Under the final rubric of “housekeeping” I would note that making the editorial styles of two linguistic traditions as uniform as possible was in no small part a function of my years of work on Textual Cultures, the journal of the Society for Textual Studies, and Medioevo letterario d’Italia, journals necessarily edited in two different styles but with the common goal of treating philological and textual discourse with the greatest respect. Beyond the issue of where the journal’s punctuation ultimately falls, the bailiwick of others in English, some might find initially jarring the use of the term carta/charta (in English, yes—a neologism) to describe the front and back (recto and verso) of a manuscript “page” for philologists, but for many American journals “page.” For those flummoxed by this distinction, we should recall that the author’s original punctuation, or lack thereof, should be contained inside the quotation marks that set off the quoted speech/text; editorial punctuation should, philologically speaking, remain outside, thank you very much. I will forever be amazed that the country, my own, that gave birth—for example—to Emily Dickinson for the most part repunctuates her verses inside her “quoted space” without regard to the complexities of her punctuation. Nonetheless I have tried to adhere to this anti-philological, quotational-punctuational style except where absolutely necessary. Working backward, the notion of “pagination” gives a new number to the front and back of each printed page; “chartulation” assigns a number to the recto of a manuscript charta, the verso is unnumbered. Reasoning in a more forward way, a “folio” is a sheet of parchment or paper that was usually then folded to make a bifolium. The codicological illogic of calling both a full sheet a “folio” and the two resulting half-sheets now half the size “folios” as well can be resolved by resorting to calling half of the folded folio a charta or carta (c./cc.), as I have insisted in numerous publications including and especially those in English, with its recto and verso. This primary unit of bookmaking, the bifolium, was then gathered together with other bifolia to make: a binion (the old “duerno”), or a fascicle of four chartae = eight modern pages if numbered front and back; a trinion (the old “ternion”), or a fascicle of six chartae = twelve modern pages if numbered front and back; a quaternion, or a fascicle of eight chartae = sixteen modern pages if numbered front and back); a quinion (the old “quinternion”), or a fascicle of ten chartae = twenty modern pages if numbered front and back), and so on.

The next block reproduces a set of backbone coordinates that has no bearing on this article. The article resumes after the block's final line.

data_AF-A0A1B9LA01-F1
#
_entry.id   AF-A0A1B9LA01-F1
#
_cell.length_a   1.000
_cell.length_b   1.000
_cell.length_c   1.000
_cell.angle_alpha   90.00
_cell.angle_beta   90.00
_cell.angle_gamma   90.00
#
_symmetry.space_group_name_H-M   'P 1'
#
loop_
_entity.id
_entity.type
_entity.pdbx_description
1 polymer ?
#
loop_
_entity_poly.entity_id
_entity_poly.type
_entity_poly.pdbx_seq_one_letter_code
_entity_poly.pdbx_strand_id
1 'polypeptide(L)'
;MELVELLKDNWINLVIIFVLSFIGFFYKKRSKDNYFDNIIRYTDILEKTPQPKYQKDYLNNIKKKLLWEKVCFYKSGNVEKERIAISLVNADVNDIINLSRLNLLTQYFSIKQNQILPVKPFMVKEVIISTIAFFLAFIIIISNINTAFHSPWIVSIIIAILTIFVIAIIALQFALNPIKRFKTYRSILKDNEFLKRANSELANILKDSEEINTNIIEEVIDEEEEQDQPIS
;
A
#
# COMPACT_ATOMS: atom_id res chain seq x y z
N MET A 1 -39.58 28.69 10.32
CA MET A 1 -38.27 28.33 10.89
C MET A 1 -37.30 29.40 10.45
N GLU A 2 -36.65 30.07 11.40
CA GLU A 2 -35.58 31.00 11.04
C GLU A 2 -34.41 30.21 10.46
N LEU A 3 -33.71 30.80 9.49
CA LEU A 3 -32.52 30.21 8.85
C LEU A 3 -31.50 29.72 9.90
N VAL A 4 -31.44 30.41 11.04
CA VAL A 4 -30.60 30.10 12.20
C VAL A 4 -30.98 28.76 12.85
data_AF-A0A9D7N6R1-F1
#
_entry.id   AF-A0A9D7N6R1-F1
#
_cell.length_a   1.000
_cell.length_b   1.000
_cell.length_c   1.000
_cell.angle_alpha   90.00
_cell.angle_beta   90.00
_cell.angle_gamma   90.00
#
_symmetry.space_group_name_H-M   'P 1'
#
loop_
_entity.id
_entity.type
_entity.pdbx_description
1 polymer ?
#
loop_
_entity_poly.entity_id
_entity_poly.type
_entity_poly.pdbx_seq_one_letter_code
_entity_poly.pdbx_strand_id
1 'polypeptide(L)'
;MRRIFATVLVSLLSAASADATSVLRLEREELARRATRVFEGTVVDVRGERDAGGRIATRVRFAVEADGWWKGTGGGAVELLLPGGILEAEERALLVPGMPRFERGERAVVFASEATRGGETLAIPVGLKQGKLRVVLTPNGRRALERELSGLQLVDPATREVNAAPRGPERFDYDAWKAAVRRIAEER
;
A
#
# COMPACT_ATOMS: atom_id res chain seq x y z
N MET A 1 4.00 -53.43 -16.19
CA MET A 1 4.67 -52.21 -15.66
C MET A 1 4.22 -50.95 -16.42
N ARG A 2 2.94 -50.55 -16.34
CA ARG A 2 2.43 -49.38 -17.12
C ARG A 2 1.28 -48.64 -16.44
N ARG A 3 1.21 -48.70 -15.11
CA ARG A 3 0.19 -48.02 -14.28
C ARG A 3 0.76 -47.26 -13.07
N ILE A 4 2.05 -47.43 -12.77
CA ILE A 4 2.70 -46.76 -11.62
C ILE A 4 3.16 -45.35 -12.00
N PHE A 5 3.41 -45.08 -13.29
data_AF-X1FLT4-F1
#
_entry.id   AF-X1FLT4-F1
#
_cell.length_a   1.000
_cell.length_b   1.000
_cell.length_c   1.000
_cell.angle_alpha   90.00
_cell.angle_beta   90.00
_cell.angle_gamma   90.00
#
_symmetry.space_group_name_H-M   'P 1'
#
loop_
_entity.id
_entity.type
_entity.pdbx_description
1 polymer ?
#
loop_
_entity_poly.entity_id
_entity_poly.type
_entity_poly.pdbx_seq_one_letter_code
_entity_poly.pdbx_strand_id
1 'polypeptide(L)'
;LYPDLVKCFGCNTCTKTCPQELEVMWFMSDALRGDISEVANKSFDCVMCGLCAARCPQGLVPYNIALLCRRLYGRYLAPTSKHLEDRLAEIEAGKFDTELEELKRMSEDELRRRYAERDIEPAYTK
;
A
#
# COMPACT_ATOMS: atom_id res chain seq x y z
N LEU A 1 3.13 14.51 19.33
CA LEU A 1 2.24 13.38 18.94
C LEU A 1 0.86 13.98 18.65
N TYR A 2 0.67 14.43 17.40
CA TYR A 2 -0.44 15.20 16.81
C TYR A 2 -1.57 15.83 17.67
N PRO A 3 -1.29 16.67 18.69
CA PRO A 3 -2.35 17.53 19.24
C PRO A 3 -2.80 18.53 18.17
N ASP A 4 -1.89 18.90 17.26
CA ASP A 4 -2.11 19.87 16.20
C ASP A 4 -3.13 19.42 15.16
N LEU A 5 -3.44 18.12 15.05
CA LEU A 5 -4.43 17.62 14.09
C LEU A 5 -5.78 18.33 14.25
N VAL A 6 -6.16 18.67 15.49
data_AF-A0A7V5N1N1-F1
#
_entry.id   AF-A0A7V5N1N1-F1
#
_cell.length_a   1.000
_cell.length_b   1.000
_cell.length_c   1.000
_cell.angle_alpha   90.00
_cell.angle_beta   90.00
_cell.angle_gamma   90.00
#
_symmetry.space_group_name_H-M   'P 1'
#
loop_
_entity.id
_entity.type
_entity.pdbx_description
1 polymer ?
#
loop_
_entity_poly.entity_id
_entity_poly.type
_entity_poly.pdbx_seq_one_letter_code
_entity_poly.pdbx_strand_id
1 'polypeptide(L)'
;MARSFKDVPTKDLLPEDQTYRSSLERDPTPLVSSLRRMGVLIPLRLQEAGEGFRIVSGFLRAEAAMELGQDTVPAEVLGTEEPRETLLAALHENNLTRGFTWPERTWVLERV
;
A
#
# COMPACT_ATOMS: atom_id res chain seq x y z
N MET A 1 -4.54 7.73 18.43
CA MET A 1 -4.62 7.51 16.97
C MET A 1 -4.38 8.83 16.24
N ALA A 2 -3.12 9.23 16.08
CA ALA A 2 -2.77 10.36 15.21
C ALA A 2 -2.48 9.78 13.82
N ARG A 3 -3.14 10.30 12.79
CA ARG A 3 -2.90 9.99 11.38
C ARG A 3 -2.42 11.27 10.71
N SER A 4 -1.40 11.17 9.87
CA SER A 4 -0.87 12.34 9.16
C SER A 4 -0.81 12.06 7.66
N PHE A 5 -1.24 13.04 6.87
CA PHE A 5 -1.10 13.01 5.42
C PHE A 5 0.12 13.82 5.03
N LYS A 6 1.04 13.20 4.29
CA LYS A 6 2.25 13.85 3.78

Throughout all the essays, lyric poems are by design expressed in italics rather than double quotation marks. In each essay their lyric genre is identified as “sonnet,” “ballata,” “canzone,” and so on, but the stand-alone nature of lyric poems in the medieval tradition, their first verse being their “title,” and their status as individual units of poetic expression require that they be treated as a “work,” with italics.
In closing, I have to cite one more source that inspired the theme of this collection of essays, an unusual source in a sense: the undergraduate—he knows who he is—from one of my courses many years ago who unfailingly writes to me every year after he has reread the Comedy—all the while learning a little Italian along the way—to tell me what he has learned from it this time and new passages he enjoys. One year he wrote to say he had only made it through Purgatory due to the demands of his child’s health problems. I invariably reply to share with him a couple of passages I have “rediscovered.” He always expresses his gratitude for that course and the Comedy, but I know perfectly well that even my best days in the classroom could not begin to compare with the delight he found in the canto or two he had read for the class and would come to reread every year of his life.